Sick of scope creep? Here's some ways to stop that m'trucker in its tracks.

Let’s talk about scope creep.

When I actually wrote that first sentence my computer automated ‘scope’ to ‘stop’ instead, making it ‘stop creep.’ That is also super appropriate because scope creep is something you’ll want to stop.

What is scope creep?

The ‘scope’ is the amount of work in a project - the tasks and time required to produce the project outcome. I.e the scope of work.

Creep is getting a fright - much like when someone is sneaking up on you and you have NO idea until they tap your shoulder. 

So scope creep is when the project sneaks in some extra changes or tasks, over and above the price paid for, and you get a fright. You’ve suddenly gone from being on track with your deadline and price, to being way passed deadline and way over budget, which means you’ve lost time you’d have spent on other client’s work and probably upset this current one with their pushed deadline.

It often comes in the form of “Hey I had an awesome idea we HAVE to add in!” Or “While you’re doing that, can you do this and this for me?” Or “I only have a few small tweaks so can you please just make them, this once?” Or “How hard would it be to do this…

Sometimes these little scope creepers sounds like a good idea. Sometimes scope creep sounds like normal feedback changes. Sometimes it’s revision, changes, new ideas, or just flat out extras.

The big hairy problem with all of these is they add both time and tasks onto a project, which will 10 time out of 10 annihilate the budget and the time allocated. They blow out the ‘scope of the project’ in other words. 

They made the creative on the other end of them cry frustrated tears, or go and grab something sugary to calm them down.

It probably happens in every industry. 

In construction it’s the homeowner wanting to swap the facade they’d decided on for one that needs way more installation time.

In design it’s the marketing manager wanting extra rounds of changes on top of what they’ve already had. 

In photography it’s the client asking for some extra shots thrown in ‘while you’re here.’ 

It happens to all of us. So how do we deal with it?


Dealing with scope creep as business owners/ freelancers/ agencies.

Set shared expectations from the get go.

When you start your project with your client or agency - in fact way before that, like when you first started chatting - you need to agree on what the outcome will be. Write out the deliverables, aka what the client is actually going to be given at the end of this project. Agree together that the cost for these is the cost for these, not for any new ideas or add ons. You can also let them know whether you charge an hourly rate for anything above and beyond the deliverables or whether you’d quote as a new project. As long as everyone knows what’s happening and agreed on what will be delivered at the end, you’re good to start the project.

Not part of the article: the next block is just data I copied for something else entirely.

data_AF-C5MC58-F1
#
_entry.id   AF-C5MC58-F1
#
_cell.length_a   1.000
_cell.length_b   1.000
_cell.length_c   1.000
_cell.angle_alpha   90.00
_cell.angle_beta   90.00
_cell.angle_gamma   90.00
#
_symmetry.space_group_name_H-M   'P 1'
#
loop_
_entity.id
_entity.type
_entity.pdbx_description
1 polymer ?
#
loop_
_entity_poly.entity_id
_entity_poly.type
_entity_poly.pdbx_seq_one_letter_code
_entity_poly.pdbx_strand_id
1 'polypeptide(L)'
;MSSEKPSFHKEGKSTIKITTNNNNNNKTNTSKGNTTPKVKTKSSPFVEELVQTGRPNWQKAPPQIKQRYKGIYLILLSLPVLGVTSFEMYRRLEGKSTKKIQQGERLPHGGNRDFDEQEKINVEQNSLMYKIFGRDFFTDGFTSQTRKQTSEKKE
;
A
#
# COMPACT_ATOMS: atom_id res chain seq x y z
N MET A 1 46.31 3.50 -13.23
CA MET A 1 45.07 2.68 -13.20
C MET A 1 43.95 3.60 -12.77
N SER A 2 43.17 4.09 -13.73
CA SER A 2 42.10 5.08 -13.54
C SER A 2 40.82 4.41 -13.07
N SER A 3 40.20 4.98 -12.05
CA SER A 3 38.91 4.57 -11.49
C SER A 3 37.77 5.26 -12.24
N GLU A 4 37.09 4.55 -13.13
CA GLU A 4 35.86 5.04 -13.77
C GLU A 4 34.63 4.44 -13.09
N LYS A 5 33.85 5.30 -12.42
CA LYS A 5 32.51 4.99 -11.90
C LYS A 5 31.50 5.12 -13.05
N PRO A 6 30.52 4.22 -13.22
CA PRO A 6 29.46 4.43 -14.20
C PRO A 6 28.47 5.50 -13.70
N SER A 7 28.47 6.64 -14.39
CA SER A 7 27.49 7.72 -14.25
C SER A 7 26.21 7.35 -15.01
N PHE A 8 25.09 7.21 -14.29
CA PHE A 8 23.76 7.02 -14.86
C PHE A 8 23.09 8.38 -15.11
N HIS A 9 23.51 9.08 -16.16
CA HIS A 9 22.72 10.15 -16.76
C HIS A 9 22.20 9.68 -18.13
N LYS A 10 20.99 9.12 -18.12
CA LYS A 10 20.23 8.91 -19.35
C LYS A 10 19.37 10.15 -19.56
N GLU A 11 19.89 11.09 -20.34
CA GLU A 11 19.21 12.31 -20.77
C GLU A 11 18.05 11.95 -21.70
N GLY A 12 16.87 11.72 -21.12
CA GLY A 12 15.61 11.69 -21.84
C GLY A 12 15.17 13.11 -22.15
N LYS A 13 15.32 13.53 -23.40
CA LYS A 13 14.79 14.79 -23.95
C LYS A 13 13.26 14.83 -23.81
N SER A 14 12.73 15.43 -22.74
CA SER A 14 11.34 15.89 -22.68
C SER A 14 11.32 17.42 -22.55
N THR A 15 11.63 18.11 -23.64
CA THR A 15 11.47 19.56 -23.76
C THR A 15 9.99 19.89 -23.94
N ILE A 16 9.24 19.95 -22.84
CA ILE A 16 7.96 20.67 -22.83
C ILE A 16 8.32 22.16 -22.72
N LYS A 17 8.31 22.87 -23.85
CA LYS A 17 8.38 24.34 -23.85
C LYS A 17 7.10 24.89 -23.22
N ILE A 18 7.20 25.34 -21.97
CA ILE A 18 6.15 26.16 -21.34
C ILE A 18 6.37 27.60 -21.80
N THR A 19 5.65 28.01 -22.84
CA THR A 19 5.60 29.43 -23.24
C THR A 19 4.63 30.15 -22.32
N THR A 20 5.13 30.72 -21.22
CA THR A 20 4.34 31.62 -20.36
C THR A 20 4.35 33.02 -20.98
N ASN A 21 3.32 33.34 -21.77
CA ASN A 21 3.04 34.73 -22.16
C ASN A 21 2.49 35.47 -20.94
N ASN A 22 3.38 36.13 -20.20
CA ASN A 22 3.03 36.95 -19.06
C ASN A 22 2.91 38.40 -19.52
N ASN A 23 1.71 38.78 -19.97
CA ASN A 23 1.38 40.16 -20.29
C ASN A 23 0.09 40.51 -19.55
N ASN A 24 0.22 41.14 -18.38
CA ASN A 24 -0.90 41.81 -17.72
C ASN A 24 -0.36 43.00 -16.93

Cha-cha-cha-changes shouldn’t change.

We always have a set number of revision rounds for our clients and let them know that before we even shake hands. This number of revisions does not change. Okay that’s a lie, occasionally we’ll add one lot of changes when we’ve made some kind of mistake on our part, but that’s the only time. The problem with excess changes is they always start with just one, then another “last one” sneaks past you, and then another until you realise you’re drowning in changes but it’s too late to say no. Our advice? Stick to the allocated amount and stay afloat.  

Track yourself before you wreck yourself.

This is for all you service-based businesses out there. Track. Your. Time. Sometimes you’ll be merely working away on a kick-ass project, tinkering, adding extra love just because you’re having fun, making a few extra client changes for the same reason, and realise you’ve spent an entire week on a one day job. Track your time and keep yourself accountable. 

Even better Babe - tracking your time has the bloody great bonus of letting you know if you’re charging enough. For example if there’s a project you always spend longer on, like Mary’s damn weekly newsletter, you’ll realise you’re well undercharging for the time spent and can use clear numbers when you bump the price up.

Don’t be an egg.

You can be a nice person about it. Often people don’t even realise their creeping on that scope until you mention it. It’s not their fault they’ve had a brilliant idea to add in or realised they wanted to change everything. It’s your job to guide them, to work out if these actually add enough value to their project to be actioned. If they do, you can nicely say with smile “Hey that sounds great! I can totally help you with that, I will just have to quote it separately as it’s over what we’ve agreed for this project.” Then give them an idea of price, or use an hourly rate if it’s a few extra changes instead of a big idea. Just don’t be an egg about it, then nobody wins.

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Megan RaynorComment